Karin Larson never minded being the only girl in her family, her major or her career. She thought it gave her an advantage.
The business-savvy daughter of Swedish descent who is known for her generosity to several Twin Cities organizations died April 24 at her home in Pacific Palisades, Calif. She was 82.
“She described herself as someone that would lead from behind,” said Jim Bender, spokesman for Bethel University and a longtime friend. “She wanted to empower people and then get behind them and push them on.”
Larson was born Aug. 8, 1938, in Minneapolis to parents Walter and Clara Larson. The youngest of three children, and the only daughter, she graduated from South High School and later from the University of Minnesota with a degree in business and international relations — a major she designed herself. She was the first in her family to graduate from college.
She moved to California to be near other family and earned an MBA from the University of Southern California. While there, she took a secretarial job at Capital Group, an investment firm based in Los Angeles. She credits her boss who saw her potential and gave her several opportunities to grow her career.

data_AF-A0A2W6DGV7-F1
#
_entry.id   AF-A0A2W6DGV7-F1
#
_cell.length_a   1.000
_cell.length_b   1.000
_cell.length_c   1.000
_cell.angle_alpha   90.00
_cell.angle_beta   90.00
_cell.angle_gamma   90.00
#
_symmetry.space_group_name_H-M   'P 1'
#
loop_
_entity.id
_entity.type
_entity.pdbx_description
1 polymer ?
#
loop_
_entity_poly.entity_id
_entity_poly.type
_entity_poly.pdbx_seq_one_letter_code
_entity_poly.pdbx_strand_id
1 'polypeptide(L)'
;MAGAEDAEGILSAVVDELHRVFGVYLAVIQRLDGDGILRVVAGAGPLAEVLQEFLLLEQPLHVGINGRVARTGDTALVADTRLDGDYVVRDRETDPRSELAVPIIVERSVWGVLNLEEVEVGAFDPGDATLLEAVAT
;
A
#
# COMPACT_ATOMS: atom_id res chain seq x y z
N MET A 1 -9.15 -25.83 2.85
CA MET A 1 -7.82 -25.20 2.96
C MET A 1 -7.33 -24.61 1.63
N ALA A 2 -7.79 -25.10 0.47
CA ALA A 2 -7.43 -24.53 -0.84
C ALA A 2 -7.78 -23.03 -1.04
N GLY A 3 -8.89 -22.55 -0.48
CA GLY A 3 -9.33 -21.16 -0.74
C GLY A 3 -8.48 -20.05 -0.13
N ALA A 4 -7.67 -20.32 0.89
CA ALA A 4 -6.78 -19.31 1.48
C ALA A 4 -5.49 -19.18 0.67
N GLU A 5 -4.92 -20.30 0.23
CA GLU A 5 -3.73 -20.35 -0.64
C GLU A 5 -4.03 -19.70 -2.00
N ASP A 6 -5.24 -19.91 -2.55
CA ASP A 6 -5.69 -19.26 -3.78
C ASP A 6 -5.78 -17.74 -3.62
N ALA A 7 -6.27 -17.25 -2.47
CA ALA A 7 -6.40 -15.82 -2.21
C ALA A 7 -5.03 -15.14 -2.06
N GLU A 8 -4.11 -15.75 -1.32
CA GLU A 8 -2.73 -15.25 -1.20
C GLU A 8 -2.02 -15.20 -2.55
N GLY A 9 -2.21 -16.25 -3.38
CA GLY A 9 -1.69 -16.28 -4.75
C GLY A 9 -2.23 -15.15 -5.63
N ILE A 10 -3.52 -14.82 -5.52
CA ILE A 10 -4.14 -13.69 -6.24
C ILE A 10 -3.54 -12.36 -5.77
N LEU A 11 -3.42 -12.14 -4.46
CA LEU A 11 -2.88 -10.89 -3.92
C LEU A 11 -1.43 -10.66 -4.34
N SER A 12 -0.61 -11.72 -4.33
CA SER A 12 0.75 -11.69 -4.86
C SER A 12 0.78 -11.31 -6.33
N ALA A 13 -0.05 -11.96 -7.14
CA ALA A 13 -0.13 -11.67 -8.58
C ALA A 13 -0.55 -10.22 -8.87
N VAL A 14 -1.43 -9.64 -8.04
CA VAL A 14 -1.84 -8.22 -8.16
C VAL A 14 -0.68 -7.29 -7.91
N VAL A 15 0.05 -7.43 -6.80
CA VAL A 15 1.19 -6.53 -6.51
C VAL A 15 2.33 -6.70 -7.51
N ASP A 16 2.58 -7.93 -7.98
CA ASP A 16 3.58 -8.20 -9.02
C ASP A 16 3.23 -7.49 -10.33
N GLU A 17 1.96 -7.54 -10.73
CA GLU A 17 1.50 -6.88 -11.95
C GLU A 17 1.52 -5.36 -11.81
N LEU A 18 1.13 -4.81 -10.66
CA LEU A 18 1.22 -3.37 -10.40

She became an analyst, a portfolio manager and eventually the first female research director at the firm, which grew to become one of the world’s top investment companies. When first offered the job as research director, which meant a move to New York, she said no three times, but eventually relented.
In a video made for Bethel University, she said, “It turned out that was one of the best parts of my career, watching the development of other young people and providing support. I wasn’t very achievement oriented or … focused on that title, really. I didn’t worry that I wasn’t being recognized so much.”
With her success, she chose to invest in young people, rekindling a connection with Bethel, where she became a board member and major contributor to the private university in Arden Hills.
“Karin was one of the most courageous, remarkable, strong, generous, visionary people we ever met,” said Bethel President Emeritus Jay Barnes. “She exemplified the grit and character qualities we hope Bethel students will develop.”
Her donations helped to grow the university’s nursing department, business department and wellness center. She contributed the largest cash gift in the university’s history to fund the Nelson-Larson Science Center, a three-story, 18,000-square-foot building. She named the building in honor of her mother, whose maiden name was Nelson.
“She wanted this building given in honor for her mom and dad, but especially for her mom who always wanted to be a nurse, but never had the opportunity,” Bender said.
Larson also donated to Minnesota Public Radio, the American Swedish Institute, the Salvation Army and numerous educational programs.
A memorial service is set for May 15 at Malibu Pacific Church in Malibu, Calif.